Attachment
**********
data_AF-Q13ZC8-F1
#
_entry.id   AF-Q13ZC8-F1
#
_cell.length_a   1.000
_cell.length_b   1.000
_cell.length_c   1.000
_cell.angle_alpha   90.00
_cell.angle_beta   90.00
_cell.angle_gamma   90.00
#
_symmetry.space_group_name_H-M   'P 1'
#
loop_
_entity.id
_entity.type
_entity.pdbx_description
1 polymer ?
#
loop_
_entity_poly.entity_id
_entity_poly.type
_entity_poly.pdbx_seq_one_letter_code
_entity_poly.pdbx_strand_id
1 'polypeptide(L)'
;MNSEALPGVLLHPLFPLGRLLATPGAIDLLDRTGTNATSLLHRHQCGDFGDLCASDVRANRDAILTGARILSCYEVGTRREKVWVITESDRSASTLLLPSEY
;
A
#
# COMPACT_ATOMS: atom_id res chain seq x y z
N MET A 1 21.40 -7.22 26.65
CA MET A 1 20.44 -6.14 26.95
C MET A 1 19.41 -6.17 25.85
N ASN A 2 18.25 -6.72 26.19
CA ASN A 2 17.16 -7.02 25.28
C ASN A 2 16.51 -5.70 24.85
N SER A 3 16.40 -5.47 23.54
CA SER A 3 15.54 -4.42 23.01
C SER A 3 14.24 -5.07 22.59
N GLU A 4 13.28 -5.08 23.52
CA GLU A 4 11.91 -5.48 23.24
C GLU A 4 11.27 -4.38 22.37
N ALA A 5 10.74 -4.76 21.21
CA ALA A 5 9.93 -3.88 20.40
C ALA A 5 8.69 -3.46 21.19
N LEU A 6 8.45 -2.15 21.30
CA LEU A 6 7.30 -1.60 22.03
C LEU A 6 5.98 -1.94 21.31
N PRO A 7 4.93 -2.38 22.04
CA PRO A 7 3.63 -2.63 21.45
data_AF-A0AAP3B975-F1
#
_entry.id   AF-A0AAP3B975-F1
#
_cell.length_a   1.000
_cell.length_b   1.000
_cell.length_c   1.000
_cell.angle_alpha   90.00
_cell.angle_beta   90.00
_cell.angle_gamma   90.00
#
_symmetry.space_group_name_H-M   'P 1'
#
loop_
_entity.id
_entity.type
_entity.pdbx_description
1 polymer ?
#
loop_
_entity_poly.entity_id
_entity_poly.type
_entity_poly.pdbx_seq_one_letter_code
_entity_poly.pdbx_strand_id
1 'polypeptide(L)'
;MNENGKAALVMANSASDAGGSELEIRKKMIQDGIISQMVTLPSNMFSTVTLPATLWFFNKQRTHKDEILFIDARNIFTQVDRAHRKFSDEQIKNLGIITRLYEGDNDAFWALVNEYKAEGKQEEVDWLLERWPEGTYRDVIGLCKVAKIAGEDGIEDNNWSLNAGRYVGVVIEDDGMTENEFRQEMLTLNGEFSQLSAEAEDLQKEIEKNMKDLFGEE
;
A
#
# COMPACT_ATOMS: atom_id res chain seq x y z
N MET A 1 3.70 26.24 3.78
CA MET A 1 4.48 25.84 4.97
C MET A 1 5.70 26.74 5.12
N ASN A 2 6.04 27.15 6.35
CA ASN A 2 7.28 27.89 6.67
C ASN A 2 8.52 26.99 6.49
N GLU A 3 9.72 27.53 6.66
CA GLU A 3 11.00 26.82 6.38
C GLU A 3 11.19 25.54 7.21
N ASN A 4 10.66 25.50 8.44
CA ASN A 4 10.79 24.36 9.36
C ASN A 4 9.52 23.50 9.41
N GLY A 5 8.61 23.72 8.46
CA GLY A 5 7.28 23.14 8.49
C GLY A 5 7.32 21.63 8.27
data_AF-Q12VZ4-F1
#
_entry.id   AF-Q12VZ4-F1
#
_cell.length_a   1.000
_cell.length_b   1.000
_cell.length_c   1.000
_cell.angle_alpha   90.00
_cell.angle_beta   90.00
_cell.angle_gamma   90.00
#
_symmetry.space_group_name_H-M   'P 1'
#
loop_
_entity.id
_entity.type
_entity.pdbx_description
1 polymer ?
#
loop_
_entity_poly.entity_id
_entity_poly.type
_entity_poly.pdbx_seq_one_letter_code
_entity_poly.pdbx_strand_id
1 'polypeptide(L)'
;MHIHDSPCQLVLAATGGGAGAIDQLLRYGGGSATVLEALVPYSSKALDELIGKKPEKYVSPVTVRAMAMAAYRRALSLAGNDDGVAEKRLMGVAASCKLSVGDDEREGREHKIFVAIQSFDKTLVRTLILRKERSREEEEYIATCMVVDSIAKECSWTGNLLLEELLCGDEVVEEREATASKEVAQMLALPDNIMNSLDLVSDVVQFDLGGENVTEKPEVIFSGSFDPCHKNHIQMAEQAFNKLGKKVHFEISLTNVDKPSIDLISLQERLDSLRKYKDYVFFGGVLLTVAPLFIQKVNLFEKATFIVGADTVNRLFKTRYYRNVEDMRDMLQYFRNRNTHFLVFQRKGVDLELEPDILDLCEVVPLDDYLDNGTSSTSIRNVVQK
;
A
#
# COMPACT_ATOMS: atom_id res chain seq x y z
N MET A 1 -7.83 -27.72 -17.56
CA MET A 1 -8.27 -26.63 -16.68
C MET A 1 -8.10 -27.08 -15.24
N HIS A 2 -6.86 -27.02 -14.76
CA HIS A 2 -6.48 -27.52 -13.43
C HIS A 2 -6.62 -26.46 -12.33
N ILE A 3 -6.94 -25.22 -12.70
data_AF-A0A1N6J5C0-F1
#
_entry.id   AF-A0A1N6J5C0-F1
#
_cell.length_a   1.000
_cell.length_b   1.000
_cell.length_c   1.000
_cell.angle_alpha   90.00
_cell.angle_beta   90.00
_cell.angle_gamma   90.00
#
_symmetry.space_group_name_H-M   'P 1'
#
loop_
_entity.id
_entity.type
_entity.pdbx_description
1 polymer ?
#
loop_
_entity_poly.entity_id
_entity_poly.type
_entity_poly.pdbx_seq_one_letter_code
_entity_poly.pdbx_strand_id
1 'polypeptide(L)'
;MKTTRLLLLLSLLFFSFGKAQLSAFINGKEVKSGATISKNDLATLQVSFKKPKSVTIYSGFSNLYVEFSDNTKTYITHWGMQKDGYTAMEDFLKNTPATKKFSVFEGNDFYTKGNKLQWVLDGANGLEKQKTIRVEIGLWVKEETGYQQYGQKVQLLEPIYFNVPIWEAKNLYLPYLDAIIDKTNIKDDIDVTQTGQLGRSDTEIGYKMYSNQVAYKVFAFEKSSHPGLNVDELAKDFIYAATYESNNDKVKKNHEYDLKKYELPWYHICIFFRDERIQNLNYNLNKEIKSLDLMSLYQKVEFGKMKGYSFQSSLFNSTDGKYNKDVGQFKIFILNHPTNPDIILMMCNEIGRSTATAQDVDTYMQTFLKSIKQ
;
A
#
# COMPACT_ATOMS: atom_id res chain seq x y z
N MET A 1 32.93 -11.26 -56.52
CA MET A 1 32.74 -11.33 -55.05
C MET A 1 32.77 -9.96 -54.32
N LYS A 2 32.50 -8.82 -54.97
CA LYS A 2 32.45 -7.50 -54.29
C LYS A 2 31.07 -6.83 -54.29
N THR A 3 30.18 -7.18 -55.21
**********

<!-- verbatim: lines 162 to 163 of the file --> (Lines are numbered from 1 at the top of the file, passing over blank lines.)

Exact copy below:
# COMPACT_ATOMS: atom_id res chain seq x y z
N MET A 1 32.93 -11.26 -56.52